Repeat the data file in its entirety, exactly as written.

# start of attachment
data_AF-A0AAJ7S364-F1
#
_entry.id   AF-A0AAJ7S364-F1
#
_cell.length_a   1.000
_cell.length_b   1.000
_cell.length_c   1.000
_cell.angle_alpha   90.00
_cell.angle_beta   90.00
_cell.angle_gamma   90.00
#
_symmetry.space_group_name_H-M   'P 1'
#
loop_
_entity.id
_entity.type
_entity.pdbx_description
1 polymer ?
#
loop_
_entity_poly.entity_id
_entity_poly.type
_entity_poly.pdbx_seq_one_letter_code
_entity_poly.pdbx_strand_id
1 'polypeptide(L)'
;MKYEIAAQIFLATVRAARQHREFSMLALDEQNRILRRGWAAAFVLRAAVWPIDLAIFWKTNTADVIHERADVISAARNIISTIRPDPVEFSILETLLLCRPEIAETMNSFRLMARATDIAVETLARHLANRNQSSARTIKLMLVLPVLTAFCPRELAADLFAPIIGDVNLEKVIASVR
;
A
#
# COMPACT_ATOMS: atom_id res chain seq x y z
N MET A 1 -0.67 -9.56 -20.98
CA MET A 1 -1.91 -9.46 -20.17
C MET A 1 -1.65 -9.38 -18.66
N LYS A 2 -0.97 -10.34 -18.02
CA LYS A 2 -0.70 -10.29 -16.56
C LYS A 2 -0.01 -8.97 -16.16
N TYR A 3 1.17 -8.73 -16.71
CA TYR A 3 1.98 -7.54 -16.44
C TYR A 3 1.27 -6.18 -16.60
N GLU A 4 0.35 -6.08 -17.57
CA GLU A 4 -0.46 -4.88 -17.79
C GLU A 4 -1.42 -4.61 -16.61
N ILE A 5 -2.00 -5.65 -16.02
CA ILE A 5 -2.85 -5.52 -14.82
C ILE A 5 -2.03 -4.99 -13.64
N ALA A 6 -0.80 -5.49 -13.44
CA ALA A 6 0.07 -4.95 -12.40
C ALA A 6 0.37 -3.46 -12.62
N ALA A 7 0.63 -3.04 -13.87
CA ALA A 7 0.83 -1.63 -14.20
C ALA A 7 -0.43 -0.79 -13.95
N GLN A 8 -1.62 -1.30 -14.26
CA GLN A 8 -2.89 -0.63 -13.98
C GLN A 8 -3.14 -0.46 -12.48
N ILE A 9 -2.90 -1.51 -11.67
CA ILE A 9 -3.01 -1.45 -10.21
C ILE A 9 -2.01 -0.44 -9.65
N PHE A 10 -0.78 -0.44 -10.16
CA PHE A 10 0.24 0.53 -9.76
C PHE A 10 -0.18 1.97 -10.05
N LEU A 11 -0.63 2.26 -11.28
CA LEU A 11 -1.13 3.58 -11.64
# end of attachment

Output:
data_AF-A0AAJ7S364-F1
#
_entry.id   AF-A0AAJ7S364-F1
#
_cell.length_a   1.000
_cell.length_b   1.000
_cell.length_c   1.000
_cell.angle_alpha   90.00
_cell.angle_beta   90.00
_cell.angle_gamma   90.00
#
_symmetry.space_group_name_H-M   'P 1'
#
loop_
_entity.id
_entity.type
_entity.pdbx_description
1 polymer ?
#
loop_
_entity_poly.entity_id
_entity_poly.type
_entity_poly.pdbx_seq_one_letter_code
_entity_poly.pdbx_strand_id
1 'polypeptide(L)'
;MKYEIAAQIFLATVRAARQHREFSMLALDEQNRILRRGWAAAFVLRAAVWPIDLAIFWKTNTADVIHERADVISAARNIISTIRPDPVEFSILETLLLCRPEIAETMNSFRLMARATDIAVETLARHLANRNQSSARTIKLMLVLPVLTAFCPRELAADLFAPIIGDVNLEKVIASVR
;
A
#
# COMPACT_ATOMS: atom_id res chain seq x y z
N MET A 1 -0.67 -9.56 -20.98
CA MET A 1 -1.91 -9.46 -20.17
C MET A 1 -1.65 -9.38 -18.66
N LYS A 2 -0.97 -10.34 -18.02
CA LYS A 2 -0.70 -10.29 -16.56
C LYS A 2 -0.01 -8.97 -16.16
N TYR A 3 1.17 -8.73 -16.71
CA TYR A 3 1.98 -7.54 -16.44
C TYR A 3 1.27 -6.18 -16.60
N GLU A 4 0.35 -6.08 -17.57
CA GLU A 4 -0.46 -4.88 -17.79
C GLU A 4 -1.42 -4.61 -16.61
N ILE A 5 -2.00 -5.65 -16.02
CA ILE A 5 -2.85 -5.52 -14.82
C ILE A 5 -2.03 -4.99 -13.64
N ALA A 6 -0.80 -5.49 -13.44
CA ALA A 6 0.07 -4.95 -12.40
C ALA A 6 0.37 -3.46 -12.62
N ALA A 7 0.63 -3.04 -13.87
CA ALA A 7 0.83 -1.63 -14.20
C ALA A 7 -0.43 -0.79 -13.95
N GLN A 8 -1.62 -1.30 -14.26
CA GLN A 8 -2.89 -0.63 -13.98
C GLN A 8 -3.14 -0.46 -12.48
N ILE A 9 -2.90 -1.51 -11.67
CA ILE A 9 -3.01 -1.45 -10.21
C ILE A 9 -2.01 -0.44 -9.65
N PHE A 10 -0.78 -0.44 -10.16
CA PHE A 10 0.24 0.53 -9.76
C PHE A 10 -0.18 1.97 -10.05
N LEU A 11 -0.63 2.26 -11.28
CA LEU A 11 -1.13 3.58 -11.64